This is a blank recipe book designed for the avid Asian food appreciator. Whether their favorite dishes come from Thailand, India, Vietnam, China, Korea or Japan, this journal is the perfect place to write down the ingredients & cooking instructions that need to be remembered to recreate a delicious dish.
Presenting a social history of colonial food practices in India, Malaysia and Singapore, this book discusses the contribution that Asian domestic servants made towards the development of this cuisine between 1858 and 1963. Domestic cookbooks, household management manuals, memoirs, diaries and travelogues are used to investigate the culinary practices in the colonial household, as well as in clubs, hill stations, hotels and restaurants.
Challenging accepted ideas about colonial cuisine, the book argues that a distinctive cuisine emerged as a result of negotiation and collaboration between the expatriate British and local people, and included dishes such as curries, mulligatawny, kedgeree, country captain and pish pash. The cuisine evolved over time, with the indigenous servants preparing both local and European foods. The book highlights both the role and representation of domestic servants in the colonies. It is an important contribution for students and scholars of food history and colonial history, as well as Asian Studies.
Few titles could be timelier than the second edition of Crisis Management in the Food and Drinks Industry - A Practical Approach. The world is worrying about a human pandemic arising from the avian flu epidemic that is spreading from the Far East, the implications of which could be as great for the food industry as were the outbreaks of foot and mouth disease and BSE.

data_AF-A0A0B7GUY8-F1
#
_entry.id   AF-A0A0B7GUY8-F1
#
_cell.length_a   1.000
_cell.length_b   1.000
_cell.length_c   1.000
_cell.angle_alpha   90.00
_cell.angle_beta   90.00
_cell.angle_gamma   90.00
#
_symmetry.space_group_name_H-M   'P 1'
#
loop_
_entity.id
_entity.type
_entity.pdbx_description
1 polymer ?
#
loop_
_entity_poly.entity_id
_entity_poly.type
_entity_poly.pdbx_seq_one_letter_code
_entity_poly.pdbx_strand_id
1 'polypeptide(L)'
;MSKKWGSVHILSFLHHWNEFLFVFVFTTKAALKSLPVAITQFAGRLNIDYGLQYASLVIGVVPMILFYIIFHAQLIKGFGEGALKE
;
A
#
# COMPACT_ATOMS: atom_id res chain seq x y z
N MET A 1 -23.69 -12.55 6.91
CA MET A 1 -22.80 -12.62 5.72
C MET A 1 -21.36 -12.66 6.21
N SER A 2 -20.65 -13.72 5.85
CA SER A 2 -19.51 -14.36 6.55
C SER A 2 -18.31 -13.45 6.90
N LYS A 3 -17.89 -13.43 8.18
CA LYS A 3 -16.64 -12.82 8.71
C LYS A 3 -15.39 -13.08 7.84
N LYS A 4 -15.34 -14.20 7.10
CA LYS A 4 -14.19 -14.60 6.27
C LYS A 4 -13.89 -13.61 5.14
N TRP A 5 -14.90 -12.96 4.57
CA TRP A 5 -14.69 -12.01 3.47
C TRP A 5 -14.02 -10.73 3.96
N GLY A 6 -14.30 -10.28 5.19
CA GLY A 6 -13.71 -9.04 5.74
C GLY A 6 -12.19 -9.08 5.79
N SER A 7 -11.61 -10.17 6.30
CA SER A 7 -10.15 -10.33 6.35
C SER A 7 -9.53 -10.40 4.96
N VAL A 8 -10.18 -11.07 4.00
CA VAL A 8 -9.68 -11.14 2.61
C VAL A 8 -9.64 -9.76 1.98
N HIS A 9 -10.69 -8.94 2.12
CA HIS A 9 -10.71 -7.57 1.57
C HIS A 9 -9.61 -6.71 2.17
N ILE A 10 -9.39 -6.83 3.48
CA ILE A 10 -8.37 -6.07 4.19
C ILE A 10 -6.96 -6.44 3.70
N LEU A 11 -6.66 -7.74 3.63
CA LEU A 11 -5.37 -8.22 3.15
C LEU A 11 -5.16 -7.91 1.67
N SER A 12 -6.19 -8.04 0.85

This practical and greatly expanded edition by media and public relations veteran Colin Doeg focuses on the communications aspects of dealing with a crisis. It is global in its coverage of the subject, reviewing practices and requirements in countries ranging from the USA and the UK to Australia and New Zealand.
Doeg offers advice ranging from preparing for the unthinkable to the dramatic expansion of the Internet, avoiding being caught off-guard by a situation, the ramifications of product tampering and managing an actual crisis.
Advice is also offered on dealing with extremist organizations and terrorist threats as well as bioterrorism - "a clear and present danger" - and a number of problems facing the food industry, including the practice of selling meat unfit for human consumption and the threat posed by the increasing toxicity of fish due to the rising pollution of the world's oceans.
In a special late chapter - written only three months before publication - the author looks ahead to events which he believes will shape the world of crisis management in the future, including the empowering influence of the Internet during the 2004 Asian Tsunami, the discovery of the illegal dye Sudan 1 (Red) in millions of food products and the fears of a pandemic arising from the spreading outbreak of avian flu.